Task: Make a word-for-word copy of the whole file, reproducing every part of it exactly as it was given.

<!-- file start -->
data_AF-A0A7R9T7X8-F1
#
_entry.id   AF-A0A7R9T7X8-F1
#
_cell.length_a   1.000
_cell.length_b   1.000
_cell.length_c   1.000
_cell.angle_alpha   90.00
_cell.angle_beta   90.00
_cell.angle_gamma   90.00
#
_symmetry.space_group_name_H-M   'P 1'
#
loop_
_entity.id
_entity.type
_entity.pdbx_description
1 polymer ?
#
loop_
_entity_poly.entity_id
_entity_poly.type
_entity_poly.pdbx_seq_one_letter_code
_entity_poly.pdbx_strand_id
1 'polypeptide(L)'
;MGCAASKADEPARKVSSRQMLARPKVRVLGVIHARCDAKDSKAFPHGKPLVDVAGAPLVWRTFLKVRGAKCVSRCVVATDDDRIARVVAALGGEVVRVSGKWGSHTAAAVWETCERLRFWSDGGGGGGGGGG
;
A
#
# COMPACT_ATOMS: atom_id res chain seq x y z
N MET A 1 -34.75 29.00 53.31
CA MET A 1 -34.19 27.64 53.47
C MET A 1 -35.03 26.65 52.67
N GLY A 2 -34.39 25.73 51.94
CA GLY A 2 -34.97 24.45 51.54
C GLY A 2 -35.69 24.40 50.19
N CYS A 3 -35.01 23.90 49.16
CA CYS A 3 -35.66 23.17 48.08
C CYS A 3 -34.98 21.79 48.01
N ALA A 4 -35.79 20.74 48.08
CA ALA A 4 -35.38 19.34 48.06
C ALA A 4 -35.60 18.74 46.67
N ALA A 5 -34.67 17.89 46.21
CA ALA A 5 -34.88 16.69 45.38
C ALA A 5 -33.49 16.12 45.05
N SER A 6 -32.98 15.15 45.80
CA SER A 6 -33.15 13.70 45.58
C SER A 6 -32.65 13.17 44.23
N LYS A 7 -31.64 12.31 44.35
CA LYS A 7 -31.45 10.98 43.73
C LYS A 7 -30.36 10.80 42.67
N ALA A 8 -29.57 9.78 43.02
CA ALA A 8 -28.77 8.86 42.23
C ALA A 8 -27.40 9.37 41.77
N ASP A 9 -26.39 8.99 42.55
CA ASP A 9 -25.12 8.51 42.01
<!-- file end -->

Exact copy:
data_AF-A0A7R9T7X8-F1
#
_entry.id   AF-A0A7R9T7X8-F1
#
_cell.length_a   1.000
_cell.length_b   1.000
_cell.length_c   1.000
_cell.angle_alpha   90.00
_cell.angle_beta   90.00
_cell.angle_gamma   90.00
#
_symmetry.space_group_name_H-M   'P 1'
#
loop_
_entity.id
_entity.type
_entity.pdbx_description
1 polymer ?
#
loop_
_entity_poly.entity_id
_entity_poly.type
_entity_poly.pdbx_seq_one_letter_code
_entity_poly.pdbx_strand_id
1 'polypeptide(L)'
;MGCAASKADEPARKVSSRQMLARPKVRVLGVIHARCDAKDSKAFPHGKPLVDVAGAPLVWRTFLKVRGAKCVSRCVVATDDDRIARVVAALGGEVVRVSGKWGSHTAAAVWETCERLRFWSDGGGGGGGGGG
;
A
#
# COMPACT_ATOMS: atom_id res chain seq x y z
N MET A 1 -34.75 29.00 53.31
CA MET A 1 -34.19 27.64 53.47
C MET A 1 -35.03 26.65 52.67
N GLY A 2 -34.39 25.73 51.94
CA GLY A 2 -34.97 24.45 51.54
C GLY A 2 -35.69 24.40 50.19
N CYS A 3 -35.01 23.90 49.16
CA CYS A 3 -35.66 23.17 48.08
C CYS A 3 -34.98 21.79 48.01
N ALA A 4 -35.79 20.74 48.08
CA ALA A 4 -35.38 19.34 48.06
C ALA A 4 -35.60 18.74 46.67
N ALA A 5 -34.67 17.89 46.21
CA ALA A 5 -34.88 16.69 45.38
C ALA A 5 -33.49 16.12 45.05
N SER A 6 -32.98 15.15 45.80
CA SER A 6 -33.15 13.70 45.58
C SER A 6 -32.65 13.17 44.23
N LYS A 7 -31.64 12.31 44.35
CA LYS A 7 -31.45 10.98 43.73
C LYS A 7 -30.36 10.80 42.67
N ALA A 8 -29.57 9.78 43.02
CA ALA A 8 -28.77 8.86 42.23
C ALA A 8 -27.40 9.37 41.77
N ASP A 9 -26.39 8.99 42.55
CA ASP A 9 -25.12 8.51 42.01